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Ahead of the Spanish election, the political pendulum is swinging right

Vox leader Santiago Abascal speaks to the crowd with Spain's national flag in the background at a campaign stop in Barcelona.

Vox leader Santiago Abascal speaks to the crowd with Spain's national flag in the background at a campaign stop in Barcelona.

Davide Bonaldo / SOPA Images/Sipa USA via Reuters Connect

More than three years ago, Spain ushered in its first coalition government since democracy was restored in the late 1970s. But that experiment — a minority government led by the left-wing PSOE Party with the far-left Podemos Party as a junior partner, backed by nationalist and separatist forces — might soon give way to another coalition that'll swing the country sharply to the right.

On Sunday, Europe's fourth largest economy holds a snap parliamentary election abruptly called by Prime Minister Pedro Sánchez just hours after the PSOE got trounced in a regional vote in mid-May. And, unless the polls are completely off, he’ll be ousted from office by the combined forces of the right-wing People's Party and the far-right Vox.

You might think that after Italy, Finland, and Sweden, Spain is only the latest European country where the extreme right is on the rise, and that it probably also has to do with immigration. You’d be wrong — and not because Vox is fond of migrants.

Spain's lurch to the right is actually driven by uniquely Spanish culture wars over what conservatives refer to as "gender ideology" and Spanish nationalism (a catchall term for fierce opposition to the Catalan and Basque independence movements).

First, the PP and Vox have called out the left-wing government for going too far on gender equality. Two poignant scandals were the botched drafting of the controversial "Only yes means yes" sexual consent law — which resulted in more than 1,000 convicted sex offenders getting their sentences reduced — and passing a law that allows anyone over 16 to change sex without parental consent.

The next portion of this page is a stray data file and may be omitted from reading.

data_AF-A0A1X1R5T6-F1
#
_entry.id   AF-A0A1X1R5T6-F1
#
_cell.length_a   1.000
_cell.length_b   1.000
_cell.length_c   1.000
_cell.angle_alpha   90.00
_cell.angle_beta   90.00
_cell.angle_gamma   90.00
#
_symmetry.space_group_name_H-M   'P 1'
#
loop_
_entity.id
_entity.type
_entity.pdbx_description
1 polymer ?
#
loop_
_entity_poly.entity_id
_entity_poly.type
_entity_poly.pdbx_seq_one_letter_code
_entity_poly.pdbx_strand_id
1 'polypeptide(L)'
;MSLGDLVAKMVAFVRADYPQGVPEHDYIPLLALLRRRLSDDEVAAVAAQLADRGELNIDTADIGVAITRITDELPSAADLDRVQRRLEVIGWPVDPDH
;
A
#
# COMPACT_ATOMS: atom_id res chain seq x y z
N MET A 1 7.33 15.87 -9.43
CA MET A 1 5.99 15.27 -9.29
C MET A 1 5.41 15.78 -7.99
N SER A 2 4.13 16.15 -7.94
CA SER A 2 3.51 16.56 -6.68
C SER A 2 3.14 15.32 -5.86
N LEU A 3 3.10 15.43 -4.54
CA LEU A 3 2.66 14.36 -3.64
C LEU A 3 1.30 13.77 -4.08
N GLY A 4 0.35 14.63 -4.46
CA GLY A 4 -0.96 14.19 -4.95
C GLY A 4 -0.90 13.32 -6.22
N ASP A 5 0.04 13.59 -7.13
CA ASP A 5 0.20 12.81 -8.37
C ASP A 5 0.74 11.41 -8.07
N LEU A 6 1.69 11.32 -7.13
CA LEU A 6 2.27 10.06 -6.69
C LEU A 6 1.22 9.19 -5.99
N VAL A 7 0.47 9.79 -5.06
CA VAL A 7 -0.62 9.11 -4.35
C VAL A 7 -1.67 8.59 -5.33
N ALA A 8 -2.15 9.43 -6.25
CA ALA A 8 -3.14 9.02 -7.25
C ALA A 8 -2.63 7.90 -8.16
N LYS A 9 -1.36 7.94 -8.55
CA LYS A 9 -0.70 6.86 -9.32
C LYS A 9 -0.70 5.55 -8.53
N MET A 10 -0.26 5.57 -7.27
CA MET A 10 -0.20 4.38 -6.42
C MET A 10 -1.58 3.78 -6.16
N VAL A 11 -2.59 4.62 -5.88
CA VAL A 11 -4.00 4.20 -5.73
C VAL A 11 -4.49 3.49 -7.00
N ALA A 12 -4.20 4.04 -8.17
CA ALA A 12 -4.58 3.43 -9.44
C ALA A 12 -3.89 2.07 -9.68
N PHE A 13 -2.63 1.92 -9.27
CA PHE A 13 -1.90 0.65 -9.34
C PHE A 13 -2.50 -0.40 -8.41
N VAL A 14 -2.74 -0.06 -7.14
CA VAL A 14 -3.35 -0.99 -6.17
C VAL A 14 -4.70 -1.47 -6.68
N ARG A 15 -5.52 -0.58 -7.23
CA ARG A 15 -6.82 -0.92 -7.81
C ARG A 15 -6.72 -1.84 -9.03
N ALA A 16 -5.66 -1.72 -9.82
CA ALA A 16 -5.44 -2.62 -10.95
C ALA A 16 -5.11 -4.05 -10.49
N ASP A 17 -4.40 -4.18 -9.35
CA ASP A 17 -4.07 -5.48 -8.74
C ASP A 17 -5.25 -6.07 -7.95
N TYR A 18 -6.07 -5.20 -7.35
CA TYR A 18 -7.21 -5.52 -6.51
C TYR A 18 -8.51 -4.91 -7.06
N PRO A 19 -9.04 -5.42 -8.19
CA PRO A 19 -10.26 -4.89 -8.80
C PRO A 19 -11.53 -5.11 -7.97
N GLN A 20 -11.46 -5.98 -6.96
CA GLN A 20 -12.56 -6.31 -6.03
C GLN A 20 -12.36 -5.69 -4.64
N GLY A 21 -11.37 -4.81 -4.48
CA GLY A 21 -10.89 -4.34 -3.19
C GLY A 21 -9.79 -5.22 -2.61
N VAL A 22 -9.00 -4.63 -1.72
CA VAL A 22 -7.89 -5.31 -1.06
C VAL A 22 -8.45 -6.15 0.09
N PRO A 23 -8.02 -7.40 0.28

Second, the conservative opposition has blasted Sánchez for pardoning the Catalan politicians who attempted to secede in 2017, and for watering down the crime of secession. He also stoked Spanish nationalist flames by cutting deals with Bildu, a far-left party which still considers Basque terrorism a legitimate "armed struggle.”

That was the price the PM had to pay for pro-independence parties voting to his budget. And it’ll likely cost him dearly at the ballot box.

If, as expected, the PP and Vox together win a majority of seats in parliament, their leaders will be strange bedfellows in a coalition government. In contrast to the gender-fluid and easily offended perroflautas (which loosely translates as "hippies") of Podemos, Vox leader Santiago Abascal styles himself as the classic macho ibérico: a tough-talking alpha male who loves bullfighting and hunting as much as he hates COVID vaccines and city bike lanes.

Yet Abascal is also the polar opposite of his likely future partner, PP leader Alberto Núñez Feijóo, a bookish former tax inspector whose calm demeanor seems out of the place in the maelstrom of Spanish political fights. Indeed, the two are so different that Sánchez failed to convincingly merge them into a single political bogeyman during his only campaign debate with Feijóo.

One thing that Feijóo and Abascal can agree now on is that, together, they can beat Sánchez. They can figure out how to govern later.


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